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Reuters has a very interesting story about how Procter & Gamble could run into a social media buzz saw with its release of new diaper technology.

According to the story, one mother named Carol Valentine says that “she may never buy a P&G product ever again. Her four-month old daughter had been in Pampers Swaddlers diapers since the day she was born. Earlier this month the Michigan mom started to use a box of the newest P&G diapers with ‘Dry Max’ technology that is touted as thinner and more absorbent. Soon, her daughter's skin in the diaper area turned pink. By the next day, blisters had formed.

“Nothing in baby Alexis's routine had changed except that the family started using the new Pampers Swaddlers, Valentine said. A pediatrician diagnosed it as a chemical burn and one week later the area was still bleeding when touched, she said.”

Now, to be fair, to this point the Dry Max technology has been successful for P&G, which goes so far as to say it has been a “blockbuster start.” And on the company’s Pampers Facebook page, there are more than 200,000 fans, as opposed to the barely more than a thousand people who have taken to the internet to call for the technology’s recall. And P&G maintains that it tested the technology sufficiently and is confident that there are no dangers.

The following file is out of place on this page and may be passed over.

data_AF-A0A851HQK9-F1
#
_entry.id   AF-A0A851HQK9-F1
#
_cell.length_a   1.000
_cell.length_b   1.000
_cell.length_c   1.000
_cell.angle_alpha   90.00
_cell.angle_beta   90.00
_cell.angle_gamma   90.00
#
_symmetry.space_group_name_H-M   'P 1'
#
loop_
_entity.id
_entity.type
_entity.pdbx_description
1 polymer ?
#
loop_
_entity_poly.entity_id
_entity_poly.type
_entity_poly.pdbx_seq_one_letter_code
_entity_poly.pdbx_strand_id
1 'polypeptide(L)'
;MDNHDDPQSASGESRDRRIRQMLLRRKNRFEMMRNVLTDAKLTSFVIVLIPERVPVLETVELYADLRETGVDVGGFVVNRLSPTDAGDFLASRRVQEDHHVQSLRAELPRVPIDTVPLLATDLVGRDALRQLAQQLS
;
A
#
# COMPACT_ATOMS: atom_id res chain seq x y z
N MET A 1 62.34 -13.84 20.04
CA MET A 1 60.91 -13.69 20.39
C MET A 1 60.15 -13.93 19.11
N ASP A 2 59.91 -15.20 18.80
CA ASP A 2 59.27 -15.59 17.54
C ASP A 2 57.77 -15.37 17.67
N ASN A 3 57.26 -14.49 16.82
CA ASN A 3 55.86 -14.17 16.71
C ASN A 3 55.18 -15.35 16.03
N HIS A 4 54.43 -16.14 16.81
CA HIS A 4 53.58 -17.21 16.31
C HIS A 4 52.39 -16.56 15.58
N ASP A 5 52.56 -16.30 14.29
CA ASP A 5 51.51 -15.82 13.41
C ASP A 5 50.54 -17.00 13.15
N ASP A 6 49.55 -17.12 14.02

But...Reuters also says that “dozens of parents on Pampers websites, forums such as Facebook and online retailers including Amazon.com Inc and Diapers.com, say that even though the diapers are supposed to be more absorbent, they leak more and feel stiff. And while P&G says it is not receiving an unusual amount of complaints given the introduction of a new product, the negative discussion can take on a life of its own ... Some of the consumer anger stems from surprise over P&G's formulaic response to complaints ... when the latest complaints arose, some say Pampers replied with form-letter types of responses.”
KC's View:
It doesn’t sound like the complaints will be enough to scuttle the Dry Max technology, but I suspect that P&G may want to remain highly engaged with the conversation about it online. The worst mistake the company - or any company - can make is to not deal with something when it is a small problem, and wait until it has become a big problem.